‘Expecting Amy’ Review: Amy Schumer’s Vanity Project Leaves Little Unexpected

It's just hard to get excited to watch someone's wedding video on HBO Max.
Amy Schumer
"Expecting Amy"

In the world of stand-up comedy Amy Schumer is an acquired taste. Bursting onto television screens in 2013 with her groundbreaking comedy series “Inside Amy Schumer,” the actress/writer/comedienne has used her platform to discuss everything from her vagina, to rape culture, to double standards when it comes to beauty. Her work is especially feminine and where stand-up remains a boys club, it’s easy to see why people who don’t like Schumer really don’t like her.

Regardless of the misogyny in the industry, Schumer has carried on, documenting her life most recently in the 2017 Netflix special “Amy Schumer Growing.” Similar to that, “Expecting Amy” blends documentary footage of Schumer going on tour, filming the aforementioned stand-up for Netflix, struggling with a difficult pregnancy, as well as her husband’s autism diagnosis. It’s a tall order of life events, yet so much of it ends up feeling superfluous for a three-episode HBO Max series.

It’s interesting to realize Alexander Hammer, who helmed the astounding Beyonce “Homecoming” documentary, helmed this. He captured the vibrance and bombastic nature of Beyonce so well and in this takes a sharp 360 into examining the vulnerability Schumer exudes as she navigates not just being a first-time mother, but suffering from hyperemesis gravidarum — a pregnancy complication involving extreme vomiting. There’s an irony in hearing Schumer be so open about body issues affecting women and then seeing her vomit for nearly two hours of showtime, eventually landing herself in the hospital.

The problems lie more so with the way things are edited together. The first episode is comprised significantly of Schumer’s Instagram videos, making this great to watch on a phone but headache-inducing on a larger screen as the aspect ratio constantly changes. On top of this, there are extreme moments of hyper-editing, where scenes of Schumer walking will be spliced in rapidly as if time is jerkily moving at excessive speeds. It’s unclear why it’s utilized so much in the first episode but not the second, making it feel even more of a failed attempt to be slick than anything else.

There’s a similar frenetic feeling to the content itself, which vacillates between interesting issues affecting pregnant women and pure Schumer self-indulgence. This isn’t to say Schumer doesn’t have a right to document her wedding — a blend of celebrity cameos and heartfelt moments of romance — or her pregnancy. It’s just hard to get excited to watch someone’s wedding video or birth journey. Occasionally there are moments that women should watch, especially as Schumer deals with her hyperemesis, which is frightening to everyone around her. But too often that’s juxtaposed with extended routines from Schumer’s stand-up set.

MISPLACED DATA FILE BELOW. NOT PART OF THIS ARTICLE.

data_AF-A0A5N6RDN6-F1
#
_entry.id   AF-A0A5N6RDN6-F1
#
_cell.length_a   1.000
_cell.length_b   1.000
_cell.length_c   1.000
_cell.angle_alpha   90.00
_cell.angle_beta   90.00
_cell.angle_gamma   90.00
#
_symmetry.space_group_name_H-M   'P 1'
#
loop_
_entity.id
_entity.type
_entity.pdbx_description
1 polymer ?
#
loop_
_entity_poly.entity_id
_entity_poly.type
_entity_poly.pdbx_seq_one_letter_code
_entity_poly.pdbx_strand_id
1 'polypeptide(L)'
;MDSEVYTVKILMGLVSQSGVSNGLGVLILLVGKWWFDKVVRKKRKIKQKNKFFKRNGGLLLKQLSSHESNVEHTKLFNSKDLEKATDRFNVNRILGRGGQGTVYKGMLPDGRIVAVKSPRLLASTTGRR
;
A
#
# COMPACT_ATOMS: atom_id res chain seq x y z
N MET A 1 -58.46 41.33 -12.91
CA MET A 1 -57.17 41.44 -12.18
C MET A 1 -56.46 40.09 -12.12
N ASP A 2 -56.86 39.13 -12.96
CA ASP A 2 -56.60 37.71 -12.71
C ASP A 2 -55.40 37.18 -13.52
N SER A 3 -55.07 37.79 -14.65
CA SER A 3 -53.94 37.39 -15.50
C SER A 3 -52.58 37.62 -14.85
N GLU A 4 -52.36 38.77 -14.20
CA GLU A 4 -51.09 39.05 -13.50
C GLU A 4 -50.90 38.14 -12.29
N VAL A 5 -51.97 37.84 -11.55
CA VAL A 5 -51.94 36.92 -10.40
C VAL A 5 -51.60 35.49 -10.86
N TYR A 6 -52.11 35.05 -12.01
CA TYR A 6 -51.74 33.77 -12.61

Amy SchumerMarch for our Lives Los Angeles, USA - 25 Mar 2018Actress Amy Schumer speaks at the March For Our Lives in downtown in Los Angeles, California, USA, 24 March 2018. March For Our Lives was organized in response to the 14 February shooting at Marjory Stoneman Douglas High School in Parkland, Florida. The student activists demand that their lives and safety become a priority, and an end to gun violence and mass shootings in schools.
Amy Schumer March for our Lives Los Angeles, USAANDREW GOMBERT/EPA-EFE/REX/Shutterstock

The second episode dives into Schumer and husband Chris Fischer dealing with his diagnosis of autism. Fischer gets a chance to talk about his relationship with his family and how this diagnosis was always there — but there just wasn’t a name for it. It’s certainly brave of Fischer to put his own life story on-camera. Unlike his wife, he isn’t a public person. It gets a bit trickier when Schumer kinda sorta co-opts his experience for her special.

Maybe because I’m hyper-sensitive to able-bodied/neurotypical people telling stories about lived experiences they aren’t privy to, but it’s hard not to see others tell Schumer how sweet she is to put her husband’s diagnosis as a part of her routine into her set. Later, after alluding to “problems” in their marriage — many of which are not shown onscreen — we see Schumer and Fischer argue about his reticence to have her be so honest about his diagnosis, and how certain things could be misconstrued as mean. She starts to cry and he eventually lets it go.

And, even more grating, scenes of serious drama will transition to more of Schumer hijacking any sense of message to remind audiences of her relationship. Episode 2 kicks off with Schumer hospitalized, only to cut back to “one year later” as we watch her wedding in almost its entirety. Never mind that significant portions of the wedding were shown in the first episode as well. There’s also a weird meta quality of watching Schumer film a special within a special, a technique we also saw play out in “Amy Schumer Growing.” There’s a repetitive feel if you watch this alongside any other Amy Schumer media.If you don’t want to feel stuck in a loop it benefits you to love her, all or nothing.

Only the first two episodes were made available to press so I’m assuming Schumer gives birth in the finale (wouldn’t that be a twist if she didn’t?) “Expecting Amy” really has no right being a three-hour(ish) series and could have been a 90-minute movie. If you absolutely love everything about the comedienne, right down to watching her dog pee, you’ll be in heaven. If you want to see a successful woman deal with a hard pregnancy, that’s there, in bits and pieces. At the end of the day though it’s hard not to see “Expecting Amy” as little more than a first-time mom wanting to document her pregnancy in the biggest way possible.

Grade: C-

“Expecting Amy” is available on HBO Max.

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